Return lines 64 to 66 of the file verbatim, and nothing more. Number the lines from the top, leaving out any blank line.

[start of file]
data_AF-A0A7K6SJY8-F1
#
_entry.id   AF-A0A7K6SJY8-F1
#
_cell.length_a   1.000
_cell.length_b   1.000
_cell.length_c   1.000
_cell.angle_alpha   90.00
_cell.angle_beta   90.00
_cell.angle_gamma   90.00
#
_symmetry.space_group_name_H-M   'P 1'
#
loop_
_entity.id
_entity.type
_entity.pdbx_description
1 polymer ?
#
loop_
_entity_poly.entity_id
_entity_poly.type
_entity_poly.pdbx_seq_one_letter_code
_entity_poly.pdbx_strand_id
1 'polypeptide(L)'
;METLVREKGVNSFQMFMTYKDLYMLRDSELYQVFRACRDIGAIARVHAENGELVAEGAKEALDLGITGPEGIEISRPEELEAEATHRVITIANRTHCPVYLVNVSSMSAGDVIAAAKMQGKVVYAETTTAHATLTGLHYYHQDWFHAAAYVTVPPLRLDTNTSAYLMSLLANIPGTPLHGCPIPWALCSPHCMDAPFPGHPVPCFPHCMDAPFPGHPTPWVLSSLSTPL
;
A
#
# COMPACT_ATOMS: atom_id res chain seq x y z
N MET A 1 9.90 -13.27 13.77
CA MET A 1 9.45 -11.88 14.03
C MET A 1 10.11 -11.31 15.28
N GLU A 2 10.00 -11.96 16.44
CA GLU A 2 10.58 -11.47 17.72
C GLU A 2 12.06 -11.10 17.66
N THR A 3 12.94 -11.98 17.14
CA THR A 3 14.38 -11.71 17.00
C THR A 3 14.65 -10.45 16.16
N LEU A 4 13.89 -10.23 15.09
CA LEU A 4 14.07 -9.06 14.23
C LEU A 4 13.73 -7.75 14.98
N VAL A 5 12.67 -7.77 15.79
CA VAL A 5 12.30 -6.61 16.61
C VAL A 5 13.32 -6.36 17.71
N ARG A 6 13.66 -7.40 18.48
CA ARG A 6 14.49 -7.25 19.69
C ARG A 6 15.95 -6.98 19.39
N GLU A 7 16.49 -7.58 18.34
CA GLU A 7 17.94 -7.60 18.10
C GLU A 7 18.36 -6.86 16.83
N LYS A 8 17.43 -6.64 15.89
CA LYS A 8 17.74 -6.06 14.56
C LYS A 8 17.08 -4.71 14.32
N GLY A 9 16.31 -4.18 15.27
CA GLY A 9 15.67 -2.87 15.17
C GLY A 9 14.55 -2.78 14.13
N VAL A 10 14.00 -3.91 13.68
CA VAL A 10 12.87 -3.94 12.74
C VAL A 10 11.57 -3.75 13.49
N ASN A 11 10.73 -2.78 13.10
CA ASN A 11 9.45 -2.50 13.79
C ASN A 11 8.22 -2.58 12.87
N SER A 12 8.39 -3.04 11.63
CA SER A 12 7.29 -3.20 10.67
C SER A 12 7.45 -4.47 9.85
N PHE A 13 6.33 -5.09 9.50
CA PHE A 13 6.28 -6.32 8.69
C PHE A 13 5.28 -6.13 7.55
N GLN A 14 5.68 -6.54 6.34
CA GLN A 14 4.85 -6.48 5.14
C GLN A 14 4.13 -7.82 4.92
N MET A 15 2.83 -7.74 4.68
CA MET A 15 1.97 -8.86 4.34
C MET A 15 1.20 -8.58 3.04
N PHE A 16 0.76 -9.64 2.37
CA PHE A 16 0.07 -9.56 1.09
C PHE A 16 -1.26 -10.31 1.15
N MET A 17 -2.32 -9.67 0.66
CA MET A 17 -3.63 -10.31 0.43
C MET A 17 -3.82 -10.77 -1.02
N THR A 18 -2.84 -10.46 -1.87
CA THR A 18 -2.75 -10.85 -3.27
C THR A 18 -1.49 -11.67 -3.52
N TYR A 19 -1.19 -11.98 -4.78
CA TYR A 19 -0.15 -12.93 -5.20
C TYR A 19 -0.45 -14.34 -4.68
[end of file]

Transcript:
N SER A 12 8.39 -3.04 11.63
CA SER A 12 7.29 -3.20 10.67
C SER A 12 7.45 -4.47 9.85